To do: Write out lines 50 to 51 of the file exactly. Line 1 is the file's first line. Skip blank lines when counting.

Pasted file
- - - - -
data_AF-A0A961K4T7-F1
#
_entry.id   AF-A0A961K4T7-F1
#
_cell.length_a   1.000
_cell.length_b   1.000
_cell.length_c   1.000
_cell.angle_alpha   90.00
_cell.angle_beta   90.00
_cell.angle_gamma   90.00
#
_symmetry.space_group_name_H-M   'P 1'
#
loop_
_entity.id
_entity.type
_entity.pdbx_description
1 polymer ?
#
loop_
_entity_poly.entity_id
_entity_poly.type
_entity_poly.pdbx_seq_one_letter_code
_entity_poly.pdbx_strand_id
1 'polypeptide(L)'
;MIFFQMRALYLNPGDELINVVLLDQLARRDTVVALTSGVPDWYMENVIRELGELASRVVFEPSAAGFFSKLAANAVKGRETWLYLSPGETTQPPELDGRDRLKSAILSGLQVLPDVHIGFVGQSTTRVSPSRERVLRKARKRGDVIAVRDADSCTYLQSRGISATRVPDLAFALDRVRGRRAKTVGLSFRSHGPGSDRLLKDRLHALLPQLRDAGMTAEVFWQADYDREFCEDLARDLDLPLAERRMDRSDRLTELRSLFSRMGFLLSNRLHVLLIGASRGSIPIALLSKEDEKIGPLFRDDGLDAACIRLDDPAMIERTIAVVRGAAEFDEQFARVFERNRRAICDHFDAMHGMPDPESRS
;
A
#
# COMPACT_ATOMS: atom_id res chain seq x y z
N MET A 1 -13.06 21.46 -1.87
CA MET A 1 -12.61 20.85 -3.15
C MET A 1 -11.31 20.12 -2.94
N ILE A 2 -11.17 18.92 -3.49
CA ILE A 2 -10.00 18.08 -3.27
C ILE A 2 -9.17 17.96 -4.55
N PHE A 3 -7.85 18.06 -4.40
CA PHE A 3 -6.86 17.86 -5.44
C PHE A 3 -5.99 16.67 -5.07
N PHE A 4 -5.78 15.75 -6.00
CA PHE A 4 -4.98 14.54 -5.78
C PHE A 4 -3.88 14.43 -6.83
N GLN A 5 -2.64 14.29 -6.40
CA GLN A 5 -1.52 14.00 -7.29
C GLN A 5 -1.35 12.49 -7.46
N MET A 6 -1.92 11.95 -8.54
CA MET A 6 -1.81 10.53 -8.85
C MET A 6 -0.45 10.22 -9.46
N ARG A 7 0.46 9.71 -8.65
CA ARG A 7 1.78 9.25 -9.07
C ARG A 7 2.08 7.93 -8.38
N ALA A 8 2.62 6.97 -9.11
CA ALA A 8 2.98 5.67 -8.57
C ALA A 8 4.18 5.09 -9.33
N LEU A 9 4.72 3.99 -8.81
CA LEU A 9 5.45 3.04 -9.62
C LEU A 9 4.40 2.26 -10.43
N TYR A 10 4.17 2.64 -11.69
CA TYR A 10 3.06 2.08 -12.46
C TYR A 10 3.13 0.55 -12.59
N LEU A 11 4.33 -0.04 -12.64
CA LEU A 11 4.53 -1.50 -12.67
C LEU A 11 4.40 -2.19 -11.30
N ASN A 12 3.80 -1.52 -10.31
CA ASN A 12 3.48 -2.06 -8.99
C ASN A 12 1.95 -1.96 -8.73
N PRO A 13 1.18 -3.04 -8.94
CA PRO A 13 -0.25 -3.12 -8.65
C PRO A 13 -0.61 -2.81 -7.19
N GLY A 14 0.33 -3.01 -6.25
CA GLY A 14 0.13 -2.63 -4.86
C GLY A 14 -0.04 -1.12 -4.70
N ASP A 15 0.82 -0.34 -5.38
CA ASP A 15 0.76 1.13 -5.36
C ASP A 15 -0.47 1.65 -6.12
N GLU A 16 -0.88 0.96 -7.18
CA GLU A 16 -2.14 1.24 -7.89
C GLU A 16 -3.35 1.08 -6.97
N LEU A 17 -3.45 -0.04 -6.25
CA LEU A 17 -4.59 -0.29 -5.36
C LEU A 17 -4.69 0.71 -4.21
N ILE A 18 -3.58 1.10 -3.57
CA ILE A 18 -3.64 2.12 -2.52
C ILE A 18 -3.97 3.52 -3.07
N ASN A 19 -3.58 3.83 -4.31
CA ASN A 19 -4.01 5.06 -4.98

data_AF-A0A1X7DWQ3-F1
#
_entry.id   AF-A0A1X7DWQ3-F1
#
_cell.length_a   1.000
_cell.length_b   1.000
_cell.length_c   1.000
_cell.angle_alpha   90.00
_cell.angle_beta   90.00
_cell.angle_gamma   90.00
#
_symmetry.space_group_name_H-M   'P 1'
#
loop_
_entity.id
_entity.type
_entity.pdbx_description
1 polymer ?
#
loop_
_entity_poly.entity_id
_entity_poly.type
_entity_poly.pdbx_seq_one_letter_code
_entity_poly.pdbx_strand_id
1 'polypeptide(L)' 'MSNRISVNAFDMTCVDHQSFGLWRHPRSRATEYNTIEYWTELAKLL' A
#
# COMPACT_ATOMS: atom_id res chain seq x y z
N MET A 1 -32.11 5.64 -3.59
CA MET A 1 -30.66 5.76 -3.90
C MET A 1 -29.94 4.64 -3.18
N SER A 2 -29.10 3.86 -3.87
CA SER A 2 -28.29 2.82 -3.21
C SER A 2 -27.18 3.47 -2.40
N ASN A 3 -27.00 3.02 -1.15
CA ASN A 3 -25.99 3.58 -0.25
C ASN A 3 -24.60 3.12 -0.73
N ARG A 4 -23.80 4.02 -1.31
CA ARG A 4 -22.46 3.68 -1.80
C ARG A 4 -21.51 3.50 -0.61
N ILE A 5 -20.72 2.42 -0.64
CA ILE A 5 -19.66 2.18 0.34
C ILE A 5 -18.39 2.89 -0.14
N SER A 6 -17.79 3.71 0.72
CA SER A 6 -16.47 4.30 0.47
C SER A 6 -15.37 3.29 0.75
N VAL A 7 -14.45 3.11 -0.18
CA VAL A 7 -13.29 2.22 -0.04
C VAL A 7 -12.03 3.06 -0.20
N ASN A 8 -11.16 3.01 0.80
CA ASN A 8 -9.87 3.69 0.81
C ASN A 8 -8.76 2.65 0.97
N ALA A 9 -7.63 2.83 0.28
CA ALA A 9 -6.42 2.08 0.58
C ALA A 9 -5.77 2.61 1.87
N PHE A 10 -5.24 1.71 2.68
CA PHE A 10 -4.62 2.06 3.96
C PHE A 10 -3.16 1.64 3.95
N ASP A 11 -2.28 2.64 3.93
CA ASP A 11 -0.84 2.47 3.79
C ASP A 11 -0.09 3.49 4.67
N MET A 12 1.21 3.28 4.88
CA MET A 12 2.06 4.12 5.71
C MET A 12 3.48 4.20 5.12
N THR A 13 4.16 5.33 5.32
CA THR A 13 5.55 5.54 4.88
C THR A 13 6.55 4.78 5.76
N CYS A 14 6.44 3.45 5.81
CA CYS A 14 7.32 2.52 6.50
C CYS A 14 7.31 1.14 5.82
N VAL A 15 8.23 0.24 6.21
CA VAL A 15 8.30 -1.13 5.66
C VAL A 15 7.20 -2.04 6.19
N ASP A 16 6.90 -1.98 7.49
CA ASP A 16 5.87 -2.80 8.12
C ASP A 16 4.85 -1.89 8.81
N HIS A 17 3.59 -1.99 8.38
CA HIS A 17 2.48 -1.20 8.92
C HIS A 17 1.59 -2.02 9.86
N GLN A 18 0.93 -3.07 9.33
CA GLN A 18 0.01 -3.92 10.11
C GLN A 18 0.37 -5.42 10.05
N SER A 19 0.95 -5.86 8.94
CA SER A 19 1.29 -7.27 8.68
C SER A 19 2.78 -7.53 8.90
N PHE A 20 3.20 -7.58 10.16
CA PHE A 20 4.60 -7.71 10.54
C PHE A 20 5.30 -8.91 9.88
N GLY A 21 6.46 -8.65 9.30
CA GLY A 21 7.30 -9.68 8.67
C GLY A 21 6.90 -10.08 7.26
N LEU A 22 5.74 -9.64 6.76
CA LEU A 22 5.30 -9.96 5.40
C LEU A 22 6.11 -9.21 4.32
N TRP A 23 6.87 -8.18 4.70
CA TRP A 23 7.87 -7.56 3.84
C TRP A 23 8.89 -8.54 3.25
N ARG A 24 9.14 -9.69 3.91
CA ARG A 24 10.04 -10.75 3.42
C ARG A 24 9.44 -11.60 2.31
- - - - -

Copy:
CA ARG A 7 1.78 9.25 -9.07
C ARG A 7 2.08 7.93 -8.38